Sleep disturbance patterns might predict long-term care facility placement, study reveals

Share this article:

Older women with disturbed and fragmented sleep were three times more likely to be placed in a long-term care facility than elderly women with healthier sleep patterns, new research finds.

Using statistics from the Study of Osteoporotic Fractures, investigators studied data of older women who wore devices that monitored sleeping patterns for three days. Five years later, they observed that participants who spent the smallest proportion of their time in bed actually sleeping had about three times the odds of being placed in a nursing home.

The Johns Hopkins University researchers also observed similar patterns of associations between disturbed sleep and placement in assisted-living facilities.

"Despite the growing literature on sleep disturbance and disability, prior to our research very little was known about the association between sleep disturbance in older adults and risk of placement in long-term care facilities,” senior author, Kristine Yaffe, M.D., said.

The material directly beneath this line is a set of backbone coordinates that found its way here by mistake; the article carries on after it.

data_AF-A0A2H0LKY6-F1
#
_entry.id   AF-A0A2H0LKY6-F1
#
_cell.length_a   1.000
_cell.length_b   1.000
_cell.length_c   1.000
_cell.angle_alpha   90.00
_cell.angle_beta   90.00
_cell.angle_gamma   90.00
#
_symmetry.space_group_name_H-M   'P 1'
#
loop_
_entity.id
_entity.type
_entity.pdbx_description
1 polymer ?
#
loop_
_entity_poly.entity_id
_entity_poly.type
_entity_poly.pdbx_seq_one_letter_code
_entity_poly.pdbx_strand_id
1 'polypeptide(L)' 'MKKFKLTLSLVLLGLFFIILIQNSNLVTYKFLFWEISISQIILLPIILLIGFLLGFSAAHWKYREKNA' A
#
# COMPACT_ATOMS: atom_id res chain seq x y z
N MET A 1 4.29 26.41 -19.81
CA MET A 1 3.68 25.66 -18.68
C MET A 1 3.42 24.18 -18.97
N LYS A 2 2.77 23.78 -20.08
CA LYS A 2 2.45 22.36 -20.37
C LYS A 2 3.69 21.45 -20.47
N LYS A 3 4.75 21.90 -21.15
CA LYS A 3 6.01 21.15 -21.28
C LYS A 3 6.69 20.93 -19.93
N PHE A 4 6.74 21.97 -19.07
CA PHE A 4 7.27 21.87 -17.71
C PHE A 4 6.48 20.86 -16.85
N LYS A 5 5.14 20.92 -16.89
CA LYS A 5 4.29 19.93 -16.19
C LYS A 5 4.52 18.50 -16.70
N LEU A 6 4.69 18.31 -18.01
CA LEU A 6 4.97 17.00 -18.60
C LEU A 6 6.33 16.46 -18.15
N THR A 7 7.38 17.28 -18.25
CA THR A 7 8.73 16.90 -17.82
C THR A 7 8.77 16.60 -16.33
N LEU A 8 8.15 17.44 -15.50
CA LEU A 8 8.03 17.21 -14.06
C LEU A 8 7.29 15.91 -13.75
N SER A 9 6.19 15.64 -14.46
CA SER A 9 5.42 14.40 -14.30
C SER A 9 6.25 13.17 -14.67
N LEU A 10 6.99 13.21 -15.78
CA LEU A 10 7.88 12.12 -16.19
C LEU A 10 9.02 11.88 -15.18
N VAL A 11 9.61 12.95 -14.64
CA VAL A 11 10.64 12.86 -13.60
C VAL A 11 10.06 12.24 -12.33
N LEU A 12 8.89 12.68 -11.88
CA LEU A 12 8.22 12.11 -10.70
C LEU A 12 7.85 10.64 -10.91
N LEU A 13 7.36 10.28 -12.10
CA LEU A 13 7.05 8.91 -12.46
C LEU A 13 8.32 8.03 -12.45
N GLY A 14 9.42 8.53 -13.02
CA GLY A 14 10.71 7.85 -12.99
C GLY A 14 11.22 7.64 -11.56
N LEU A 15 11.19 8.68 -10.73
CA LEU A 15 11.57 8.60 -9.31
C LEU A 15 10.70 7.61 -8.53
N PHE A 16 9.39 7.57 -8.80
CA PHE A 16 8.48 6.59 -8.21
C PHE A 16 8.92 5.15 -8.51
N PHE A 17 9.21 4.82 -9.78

The findings were published in the July issue of the Journal of the American Geriatrics Society. The research was supported by the National Institute on Aging and the National Institutes of Health.

Share this article:

More in News

CMS expands therapy payment research

The government is expanding its research into alternative therapy payments, to consider more holistic changes to the way Medicare reimburses skilled nursing facilities, the Centers for Medicare & Medicaid Services announced Tuesday.

CDC tightens Ebola guidelines for healthcare workers

The Centers for Disease Control and Prevention has issued more stringent guidelines for how healthcare workers should interact with Ebola patients, following an outcry from nurses and other professionals.

Nonprofit providers face alarming market forces, must rally, LeadingAge chairman says

Nonprofit providers face alarming market forces, must rally, ...

Nonprofit long-term care providers must work together to address alarming trends, or their market share could plummet and the sector as a whole could falter, LeadingAge Chairman David Gehm told ...